15. Rainy Day, Dream Away

When I wake up, it’s mid afternoon and raining.  I make some coffee and take it out to the porch. There’s things I should do and things I wanted to do, but between the time and the rain, they’re not going to happen. Instead, I put on Side 3 of Electric Ladyland, the Rainy Day sequence, and sit on the front porch and watch the rain.

After a while, the kitchen door slams and wet sneakers squeak on linoleum.  Stanley walks into the porch with a cardboard box in his hands. His hair and goatee are greasy-black with rain and plastered to his head. His glasses are so streaked with water that I wonder how he can see out of them.

“Look at what I got,” he says, offering me the box. Inside are a bunch of coleus and geraniums. The box is awash with dirty water.

“Did you steal those from the New Campus?” I ask.

“They planted them right in the ground,” he says. “They were going to die anyway. I did them a favor.” He runs his fingers through his hair and cold rain splatters on my arm.

“Hey, come on, Stanley. You’re dripping all over me.”

“Sorry,” he says. “You’re touchy today.” I mutter an apology. He drops the box in a corner and sits on the couch, starting to load what looks like a faucet with what looks like half an ounce of pot.

“Expecting company?”

He shrugs. “It’s the last of my stash.”  A tall hulk of a guy, Stanley was the first of his family to go to college. He was a philosophy major, no less. He spent the past two years in the Army stateside, learning radar mechanics and perfecting the art of appearing too dumb for whatever an officer wanted. He was a good student. And he was lucky–he never got sent to Vietnam. He has some kind of Army money and relatives on the East Side who feed him dinner, but basically, he’s been living on nothing for the last six months.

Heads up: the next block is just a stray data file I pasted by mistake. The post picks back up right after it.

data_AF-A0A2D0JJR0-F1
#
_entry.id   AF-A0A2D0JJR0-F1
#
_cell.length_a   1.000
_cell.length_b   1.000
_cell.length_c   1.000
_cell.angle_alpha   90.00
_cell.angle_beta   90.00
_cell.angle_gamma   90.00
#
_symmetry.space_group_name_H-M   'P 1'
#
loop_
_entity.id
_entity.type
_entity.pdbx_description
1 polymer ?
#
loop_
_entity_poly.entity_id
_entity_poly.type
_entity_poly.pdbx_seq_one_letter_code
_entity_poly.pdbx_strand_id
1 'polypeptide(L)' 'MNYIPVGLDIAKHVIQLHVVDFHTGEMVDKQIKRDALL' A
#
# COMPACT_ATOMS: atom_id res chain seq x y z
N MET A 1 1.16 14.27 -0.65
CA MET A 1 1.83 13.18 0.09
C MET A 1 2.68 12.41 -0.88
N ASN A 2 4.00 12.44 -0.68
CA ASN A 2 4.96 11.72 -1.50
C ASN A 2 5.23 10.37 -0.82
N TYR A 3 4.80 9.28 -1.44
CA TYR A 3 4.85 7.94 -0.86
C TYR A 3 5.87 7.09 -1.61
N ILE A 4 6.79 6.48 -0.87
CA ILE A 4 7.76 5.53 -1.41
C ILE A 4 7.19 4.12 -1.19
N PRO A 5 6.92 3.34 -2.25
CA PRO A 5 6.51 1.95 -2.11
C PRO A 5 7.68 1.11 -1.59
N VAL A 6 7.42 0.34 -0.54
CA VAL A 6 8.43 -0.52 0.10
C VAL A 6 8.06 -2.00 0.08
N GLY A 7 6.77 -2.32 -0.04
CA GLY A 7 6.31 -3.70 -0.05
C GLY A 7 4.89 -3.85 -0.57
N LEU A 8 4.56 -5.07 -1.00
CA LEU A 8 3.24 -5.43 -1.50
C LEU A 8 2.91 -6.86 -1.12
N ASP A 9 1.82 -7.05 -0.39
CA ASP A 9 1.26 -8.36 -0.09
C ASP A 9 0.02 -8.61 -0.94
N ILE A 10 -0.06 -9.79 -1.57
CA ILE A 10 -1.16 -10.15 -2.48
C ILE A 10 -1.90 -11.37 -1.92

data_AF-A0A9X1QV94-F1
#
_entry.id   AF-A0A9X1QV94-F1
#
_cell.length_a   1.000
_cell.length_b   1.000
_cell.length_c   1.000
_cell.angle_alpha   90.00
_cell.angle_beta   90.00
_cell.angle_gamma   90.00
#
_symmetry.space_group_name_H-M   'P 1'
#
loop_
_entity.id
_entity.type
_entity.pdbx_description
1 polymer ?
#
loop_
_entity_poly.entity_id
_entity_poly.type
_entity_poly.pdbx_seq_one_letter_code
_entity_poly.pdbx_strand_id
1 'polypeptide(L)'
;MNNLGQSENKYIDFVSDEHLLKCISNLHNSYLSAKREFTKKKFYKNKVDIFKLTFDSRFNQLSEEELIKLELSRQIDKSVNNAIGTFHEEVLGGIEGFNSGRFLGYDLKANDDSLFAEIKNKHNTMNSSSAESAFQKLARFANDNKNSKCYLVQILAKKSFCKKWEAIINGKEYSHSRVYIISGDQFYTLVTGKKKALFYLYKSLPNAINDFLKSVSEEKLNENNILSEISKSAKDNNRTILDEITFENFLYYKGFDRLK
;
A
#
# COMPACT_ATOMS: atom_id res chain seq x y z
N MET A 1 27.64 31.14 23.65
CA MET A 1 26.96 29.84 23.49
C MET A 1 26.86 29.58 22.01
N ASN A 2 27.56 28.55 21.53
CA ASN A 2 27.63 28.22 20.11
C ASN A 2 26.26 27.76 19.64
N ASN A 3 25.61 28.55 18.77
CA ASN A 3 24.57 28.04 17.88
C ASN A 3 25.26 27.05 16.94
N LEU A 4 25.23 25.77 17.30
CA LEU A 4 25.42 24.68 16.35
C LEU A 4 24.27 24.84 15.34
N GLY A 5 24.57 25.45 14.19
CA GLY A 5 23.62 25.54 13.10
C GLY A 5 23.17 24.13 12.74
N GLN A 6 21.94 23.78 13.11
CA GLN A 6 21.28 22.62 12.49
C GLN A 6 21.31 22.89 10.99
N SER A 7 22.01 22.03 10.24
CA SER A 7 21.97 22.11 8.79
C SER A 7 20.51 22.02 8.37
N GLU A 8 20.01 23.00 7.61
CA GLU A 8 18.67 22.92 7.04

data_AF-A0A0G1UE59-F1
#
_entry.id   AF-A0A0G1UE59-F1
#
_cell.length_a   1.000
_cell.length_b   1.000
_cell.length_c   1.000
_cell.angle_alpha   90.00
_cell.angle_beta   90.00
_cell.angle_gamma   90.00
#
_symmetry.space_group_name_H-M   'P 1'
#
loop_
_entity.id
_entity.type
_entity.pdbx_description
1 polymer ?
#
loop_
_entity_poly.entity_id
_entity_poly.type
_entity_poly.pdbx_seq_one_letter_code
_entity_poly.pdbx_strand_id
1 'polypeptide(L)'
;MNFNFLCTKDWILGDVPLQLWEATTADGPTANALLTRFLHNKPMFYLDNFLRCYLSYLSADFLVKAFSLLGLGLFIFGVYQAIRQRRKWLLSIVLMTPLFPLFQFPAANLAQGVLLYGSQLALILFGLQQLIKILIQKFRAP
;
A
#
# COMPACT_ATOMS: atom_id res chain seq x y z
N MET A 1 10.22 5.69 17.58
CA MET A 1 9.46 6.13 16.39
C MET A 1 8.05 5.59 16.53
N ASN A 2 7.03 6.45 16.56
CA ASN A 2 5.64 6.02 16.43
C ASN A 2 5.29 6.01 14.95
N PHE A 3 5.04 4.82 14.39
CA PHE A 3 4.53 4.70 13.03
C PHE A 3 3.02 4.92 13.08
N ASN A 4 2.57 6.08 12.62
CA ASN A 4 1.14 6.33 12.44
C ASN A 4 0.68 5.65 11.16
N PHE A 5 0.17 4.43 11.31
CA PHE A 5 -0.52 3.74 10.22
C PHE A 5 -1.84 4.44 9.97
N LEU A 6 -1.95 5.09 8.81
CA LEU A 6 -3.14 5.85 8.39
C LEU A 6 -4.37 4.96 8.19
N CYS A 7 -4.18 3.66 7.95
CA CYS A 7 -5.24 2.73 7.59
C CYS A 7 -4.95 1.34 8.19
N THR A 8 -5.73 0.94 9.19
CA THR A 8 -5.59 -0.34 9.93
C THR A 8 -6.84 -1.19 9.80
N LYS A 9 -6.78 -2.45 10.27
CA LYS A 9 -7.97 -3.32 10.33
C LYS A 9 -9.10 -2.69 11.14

“Buy a pound from John. You can sell most of it and keep the rest.”

“My friends don’t have the money for Colombian.”

“He’s getting some Mexican. One fifty, one seventy five a pound.”

“I could sell most of it and make enough for a month’s rent. Let me call Mike.”

It used to be, you’d buy a pound, sell half of it, and smoke the rest. Even John, who was buying and selling dope from high school on, used to decide he’d made enough money and throw a party or bring a bottle of electric orange juice to a concert or something. Give something back.

For a couple of months in my freshman year, before John showed up, we used to get most of our pot from these two brothers. They weren’t students, just showed up, friends of friends, with a lot of decent weed. They liked it on campus and started staying with one guy or another. The girls all used to sneak food out of the dining commons for them, stuffing mashed potatoes and the mystery meat into dixie cups. They wanted us to help out. I never did. They were selling lots of dope on campus, sleeping with half the girls in our crowd and I still had to feed them? Why were we obligated to feed them, too? It didn’t make any sense to me.  If they were drifting through or something, sure, but not these guys. What did they ever give back?

At least hey never slept with Matisse. Or at least I never knew about it. I listen to the bubbles and seaweed from the underwater sequence. They say it’s impossible for a man to live and breathe underwater.” As though sheer determination is going to let you grow gills. Still, the music is good and it’s an appealing thought right around now. 

Stanley comes back. “Mike’s in. Call John, OK?”